Britons are most commonly concerned about their “lack of freedom and independence” in the coronavirus pandemic, new figures show.
The Office for National Statistics found it was the most frequent worry, with almost two in three adults (65%) surveyed in Great Britain saying it affected them.
The government introduced huge restrictions on liberties in March to try and slow the coronavirus’s spread, though restrictions vary in each of the UK’s four nations, with England and Northern Ireland easing up slightly.
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The concern about freedom tallies with another frequently listed concern, with 54% of adults saying their inability to make plans was a worry.
The ONS figures, published on Friday as part of its research into the coronavirus’s social impact on Great Britain, also show more people think that restrictions will be in place for longer.
Now, a quarter of people think it will take more than a year before normal life resumes, compared to just one in 10 (11%) who thought that in the first week of lockdown.
Over one in five adults (21%) think they have become more concerned about climate change because of the pandemic, while three in five (60%) said their concern remained the same.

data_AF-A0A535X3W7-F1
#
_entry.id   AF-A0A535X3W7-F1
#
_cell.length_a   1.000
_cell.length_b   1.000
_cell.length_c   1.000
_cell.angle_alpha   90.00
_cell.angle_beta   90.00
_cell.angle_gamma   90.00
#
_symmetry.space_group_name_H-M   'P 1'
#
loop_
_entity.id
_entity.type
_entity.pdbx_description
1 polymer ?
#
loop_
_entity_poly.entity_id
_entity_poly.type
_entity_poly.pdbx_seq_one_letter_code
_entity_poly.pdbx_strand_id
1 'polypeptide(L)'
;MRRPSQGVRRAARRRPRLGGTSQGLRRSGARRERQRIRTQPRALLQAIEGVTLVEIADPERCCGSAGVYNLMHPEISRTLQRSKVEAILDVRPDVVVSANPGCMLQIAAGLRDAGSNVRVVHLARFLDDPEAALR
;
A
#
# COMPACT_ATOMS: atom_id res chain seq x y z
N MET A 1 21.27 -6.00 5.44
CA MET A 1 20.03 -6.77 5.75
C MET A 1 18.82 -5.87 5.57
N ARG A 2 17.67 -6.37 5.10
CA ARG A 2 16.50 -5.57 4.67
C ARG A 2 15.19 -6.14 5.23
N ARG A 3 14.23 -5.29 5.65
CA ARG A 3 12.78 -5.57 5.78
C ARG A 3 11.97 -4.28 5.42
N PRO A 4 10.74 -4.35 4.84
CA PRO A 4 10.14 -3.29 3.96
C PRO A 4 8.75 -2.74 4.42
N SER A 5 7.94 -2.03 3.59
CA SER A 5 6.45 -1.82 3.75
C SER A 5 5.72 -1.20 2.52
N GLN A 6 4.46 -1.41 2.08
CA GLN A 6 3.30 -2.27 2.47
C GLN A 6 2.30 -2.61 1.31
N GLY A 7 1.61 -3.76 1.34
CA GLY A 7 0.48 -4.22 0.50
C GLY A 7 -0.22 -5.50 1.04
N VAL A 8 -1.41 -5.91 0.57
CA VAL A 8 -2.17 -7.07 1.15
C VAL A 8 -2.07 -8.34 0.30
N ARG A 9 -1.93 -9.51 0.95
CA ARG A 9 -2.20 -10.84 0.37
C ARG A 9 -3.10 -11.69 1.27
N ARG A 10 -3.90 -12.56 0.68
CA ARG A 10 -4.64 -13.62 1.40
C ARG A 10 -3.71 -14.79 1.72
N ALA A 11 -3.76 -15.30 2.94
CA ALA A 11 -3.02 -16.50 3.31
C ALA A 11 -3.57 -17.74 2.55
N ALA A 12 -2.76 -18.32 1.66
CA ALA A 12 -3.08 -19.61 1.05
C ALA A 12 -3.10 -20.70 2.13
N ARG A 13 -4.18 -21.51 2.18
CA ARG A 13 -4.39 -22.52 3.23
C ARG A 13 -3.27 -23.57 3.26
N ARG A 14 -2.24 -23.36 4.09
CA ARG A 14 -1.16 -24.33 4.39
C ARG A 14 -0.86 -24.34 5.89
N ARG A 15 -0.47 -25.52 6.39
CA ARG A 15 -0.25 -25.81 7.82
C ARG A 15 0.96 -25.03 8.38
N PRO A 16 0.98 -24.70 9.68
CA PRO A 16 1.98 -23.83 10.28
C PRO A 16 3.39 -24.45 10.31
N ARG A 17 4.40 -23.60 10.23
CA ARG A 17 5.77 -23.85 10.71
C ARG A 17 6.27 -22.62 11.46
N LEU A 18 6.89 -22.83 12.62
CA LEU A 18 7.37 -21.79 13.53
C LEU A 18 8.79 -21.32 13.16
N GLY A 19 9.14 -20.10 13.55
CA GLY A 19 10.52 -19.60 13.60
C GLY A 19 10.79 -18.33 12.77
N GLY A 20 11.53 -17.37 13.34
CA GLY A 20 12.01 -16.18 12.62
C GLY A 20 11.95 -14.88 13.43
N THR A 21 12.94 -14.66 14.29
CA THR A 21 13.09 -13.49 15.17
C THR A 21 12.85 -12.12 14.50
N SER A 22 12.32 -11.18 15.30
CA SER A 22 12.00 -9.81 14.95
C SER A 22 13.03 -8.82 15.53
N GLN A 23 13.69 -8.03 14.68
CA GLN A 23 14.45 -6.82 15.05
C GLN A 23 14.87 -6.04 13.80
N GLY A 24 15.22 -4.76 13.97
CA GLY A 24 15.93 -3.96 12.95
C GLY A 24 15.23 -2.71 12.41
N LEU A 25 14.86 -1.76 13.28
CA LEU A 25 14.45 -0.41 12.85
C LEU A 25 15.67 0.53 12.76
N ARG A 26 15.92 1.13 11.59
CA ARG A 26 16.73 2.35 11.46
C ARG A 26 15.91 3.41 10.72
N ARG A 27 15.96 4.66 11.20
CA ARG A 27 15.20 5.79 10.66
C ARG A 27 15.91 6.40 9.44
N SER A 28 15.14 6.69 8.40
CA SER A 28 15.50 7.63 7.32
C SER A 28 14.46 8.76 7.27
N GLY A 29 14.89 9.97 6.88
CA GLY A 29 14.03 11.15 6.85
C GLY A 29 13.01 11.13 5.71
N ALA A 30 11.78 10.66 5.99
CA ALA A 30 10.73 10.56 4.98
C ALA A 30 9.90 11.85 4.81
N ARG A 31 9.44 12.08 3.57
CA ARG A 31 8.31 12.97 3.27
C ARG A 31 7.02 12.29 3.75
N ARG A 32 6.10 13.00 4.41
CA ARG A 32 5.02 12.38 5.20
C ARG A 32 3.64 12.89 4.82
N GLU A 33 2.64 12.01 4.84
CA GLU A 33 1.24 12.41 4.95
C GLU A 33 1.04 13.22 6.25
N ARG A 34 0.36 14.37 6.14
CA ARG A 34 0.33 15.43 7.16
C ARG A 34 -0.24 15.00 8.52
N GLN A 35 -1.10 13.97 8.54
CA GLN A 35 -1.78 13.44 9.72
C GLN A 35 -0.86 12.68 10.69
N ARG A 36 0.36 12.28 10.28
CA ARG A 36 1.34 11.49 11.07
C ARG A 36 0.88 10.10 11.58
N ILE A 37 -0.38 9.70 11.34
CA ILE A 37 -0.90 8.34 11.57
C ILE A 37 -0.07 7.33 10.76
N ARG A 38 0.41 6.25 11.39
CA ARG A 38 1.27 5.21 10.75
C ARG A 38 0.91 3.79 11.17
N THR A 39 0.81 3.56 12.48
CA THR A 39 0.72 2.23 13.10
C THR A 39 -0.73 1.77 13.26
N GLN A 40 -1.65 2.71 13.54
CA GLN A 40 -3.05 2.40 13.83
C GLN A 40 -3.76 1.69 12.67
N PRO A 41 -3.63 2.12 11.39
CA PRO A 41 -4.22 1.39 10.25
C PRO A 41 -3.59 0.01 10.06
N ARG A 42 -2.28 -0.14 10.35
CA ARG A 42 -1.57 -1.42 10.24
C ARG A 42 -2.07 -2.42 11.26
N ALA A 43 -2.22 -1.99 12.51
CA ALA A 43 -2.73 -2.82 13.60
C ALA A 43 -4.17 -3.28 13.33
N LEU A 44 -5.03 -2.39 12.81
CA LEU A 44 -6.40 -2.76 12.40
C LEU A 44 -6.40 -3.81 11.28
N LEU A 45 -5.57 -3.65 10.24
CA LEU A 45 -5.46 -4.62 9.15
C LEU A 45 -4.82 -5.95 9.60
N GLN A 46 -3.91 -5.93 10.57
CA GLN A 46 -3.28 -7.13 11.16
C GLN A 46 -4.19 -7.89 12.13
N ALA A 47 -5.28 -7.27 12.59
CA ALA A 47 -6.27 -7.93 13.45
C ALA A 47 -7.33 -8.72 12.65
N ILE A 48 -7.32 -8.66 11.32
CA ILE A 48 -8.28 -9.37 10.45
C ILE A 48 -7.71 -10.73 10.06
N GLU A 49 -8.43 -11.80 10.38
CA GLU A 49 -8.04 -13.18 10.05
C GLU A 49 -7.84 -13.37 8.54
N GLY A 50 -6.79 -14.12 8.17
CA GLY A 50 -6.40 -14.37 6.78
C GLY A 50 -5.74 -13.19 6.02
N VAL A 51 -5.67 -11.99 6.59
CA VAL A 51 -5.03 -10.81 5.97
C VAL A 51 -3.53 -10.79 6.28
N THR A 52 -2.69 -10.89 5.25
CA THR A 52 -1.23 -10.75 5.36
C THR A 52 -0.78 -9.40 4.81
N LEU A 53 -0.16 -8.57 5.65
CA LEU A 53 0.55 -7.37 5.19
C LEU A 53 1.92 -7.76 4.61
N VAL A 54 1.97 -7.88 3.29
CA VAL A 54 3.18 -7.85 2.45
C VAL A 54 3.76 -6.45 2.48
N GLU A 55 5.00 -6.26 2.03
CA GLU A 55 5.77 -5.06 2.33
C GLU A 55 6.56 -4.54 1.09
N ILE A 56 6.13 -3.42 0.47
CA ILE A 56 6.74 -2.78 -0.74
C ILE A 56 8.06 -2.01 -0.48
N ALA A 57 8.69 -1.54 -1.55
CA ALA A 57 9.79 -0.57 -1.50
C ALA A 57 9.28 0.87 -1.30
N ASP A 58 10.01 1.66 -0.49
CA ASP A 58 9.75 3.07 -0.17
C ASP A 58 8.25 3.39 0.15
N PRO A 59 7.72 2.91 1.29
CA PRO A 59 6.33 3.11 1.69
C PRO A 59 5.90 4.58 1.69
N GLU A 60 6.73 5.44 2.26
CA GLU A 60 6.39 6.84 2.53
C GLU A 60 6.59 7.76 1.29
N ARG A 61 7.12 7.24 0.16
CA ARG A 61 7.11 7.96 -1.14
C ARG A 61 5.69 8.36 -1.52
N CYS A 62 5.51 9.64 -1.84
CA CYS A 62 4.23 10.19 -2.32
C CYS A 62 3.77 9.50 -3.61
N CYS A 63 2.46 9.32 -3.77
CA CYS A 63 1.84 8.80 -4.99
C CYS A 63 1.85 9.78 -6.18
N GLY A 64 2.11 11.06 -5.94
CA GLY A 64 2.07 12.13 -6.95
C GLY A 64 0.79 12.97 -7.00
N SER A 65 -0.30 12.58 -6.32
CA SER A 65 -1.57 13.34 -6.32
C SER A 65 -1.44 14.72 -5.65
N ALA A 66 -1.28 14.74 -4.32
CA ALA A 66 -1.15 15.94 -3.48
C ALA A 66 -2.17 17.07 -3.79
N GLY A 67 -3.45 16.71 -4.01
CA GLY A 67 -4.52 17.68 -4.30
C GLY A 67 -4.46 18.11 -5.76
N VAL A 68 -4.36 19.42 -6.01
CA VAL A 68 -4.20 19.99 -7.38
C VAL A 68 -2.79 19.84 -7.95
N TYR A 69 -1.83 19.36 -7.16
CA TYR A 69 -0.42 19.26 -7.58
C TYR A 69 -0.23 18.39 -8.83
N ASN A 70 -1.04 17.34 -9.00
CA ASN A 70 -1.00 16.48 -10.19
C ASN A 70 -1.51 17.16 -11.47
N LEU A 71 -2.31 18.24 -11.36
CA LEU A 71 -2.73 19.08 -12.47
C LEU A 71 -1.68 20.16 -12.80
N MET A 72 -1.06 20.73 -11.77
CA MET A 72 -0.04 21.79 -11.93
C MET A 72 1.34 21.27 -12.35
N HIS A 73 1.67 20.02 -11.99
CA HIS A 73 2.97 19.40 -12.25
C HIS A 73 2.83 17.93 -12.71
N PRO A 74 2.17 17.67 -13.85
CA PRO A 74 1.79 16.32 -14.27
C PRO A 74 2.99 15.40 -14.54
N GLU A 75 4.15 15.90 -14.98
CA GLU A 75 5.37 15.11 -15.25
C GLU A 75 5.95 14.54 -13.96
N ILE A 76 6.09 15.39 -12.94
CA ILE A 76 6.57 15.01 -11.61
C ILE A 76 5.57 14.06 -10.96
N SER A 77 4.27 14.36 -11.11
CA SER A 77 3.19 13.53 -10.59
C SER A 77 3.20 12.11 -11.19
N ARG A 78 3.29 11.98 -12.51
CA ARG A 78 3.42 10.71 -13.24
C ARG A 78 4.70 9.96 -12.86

The data also shows 45% of men and women expressing concern about their jobs.
The most common impacts for men were being furloughed, being asked to work from home or getting reduced hours.
Women were also most commonly affected by being furloughed but also said they were more likely to find working at home difficult and be concerned for their health and safety at work.
The ONS figures also suggest that women are more concerned than men about the impact the outbreak of COVID-19 has had on their lives.
The research was carried out from 995 people who responded for the survey, which was conducted from 14 to 17 May 2020.
Results are weighted to be representative of Great Britain.
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